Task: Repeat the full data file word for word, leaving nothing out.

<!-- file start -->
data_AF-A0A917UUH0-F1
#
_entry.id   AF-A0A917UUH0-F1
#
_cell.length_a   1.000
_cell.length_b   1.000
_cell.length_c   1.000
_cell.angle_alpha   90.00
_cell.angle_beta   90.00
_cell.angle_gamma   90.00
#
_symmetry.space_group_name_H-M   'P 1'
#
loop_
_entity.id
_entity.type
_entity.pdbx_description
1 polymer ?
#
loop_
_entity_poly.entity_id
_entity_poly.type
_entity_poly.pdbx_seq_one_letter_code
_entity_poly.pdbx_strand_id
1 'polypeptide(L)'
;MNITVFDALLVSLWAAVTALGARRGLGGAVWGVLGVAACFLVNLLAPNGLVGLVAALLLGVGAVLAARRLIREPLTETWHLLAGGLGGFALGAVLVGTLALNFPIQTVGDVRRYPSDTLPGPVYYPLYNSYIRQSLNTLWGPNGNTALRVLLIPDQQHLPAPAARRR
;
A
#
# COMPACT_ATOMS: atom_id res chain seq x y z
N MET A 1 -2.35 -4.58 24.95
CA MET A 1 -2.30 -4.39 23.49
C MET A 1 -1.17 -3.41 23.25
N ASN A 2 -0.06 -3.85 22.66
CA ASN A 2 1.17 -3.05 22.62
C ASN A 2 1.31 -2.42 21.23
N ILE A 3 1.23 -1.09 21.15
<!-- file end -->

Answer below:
data_AF-A0A917UUH0-F1
#
_entry.id   AF-A0A917UUH0-F1
#
_cell.length_a   1.000
_cell.length_b   1.000
_cell.length_c   1.000
_cell.angle_alpha   90.00
_cell.angle_beta   90.00
_cell.angle_gamma   90.00
#
_symmetry.space_group_name_H-M   'P 1'
#
loop_
_entity.id
_entity.type
_entity.pdbx_description
1 polymer ?
#
loop_
_entity_poly.entity_id
_entity_poly.type
_entity_poly.pdbx_seq_one_letter_code
_entity_poly.pdbx_strand_id
1 'polypeptide(L)'
;MNITVFDALLVSLWAAVTALGARRGLGGAVWGVLGVAACFLVNLLAPNGLVGLVAALLLGVGAVLAARRLIREPLTETWHLLAGGLGGFALGAVLVGTLALNFPIQTVGDVRRYPSDTLPGPVYYPLYNSYIRQSLNTLWGPNGNTALRVLLIPDQQHLPAPAARRR
;
A
#
# COMPACT_ATOMS: atom_id res chain seq x y z
N MET A 1 -2.35 -4.58 24.95
CA MET A 1 -2.30 -4.39 23.49
C MET A 1 -1.17 -3.41 23.25
N ASN A 2 -0.06 -3.85 22.66
CA ASN A 2 1.17 -3.05 22.62
C ASN A 2 1.31 -2.42 21.23
N ILE A 3 1.23 -1.09 21.15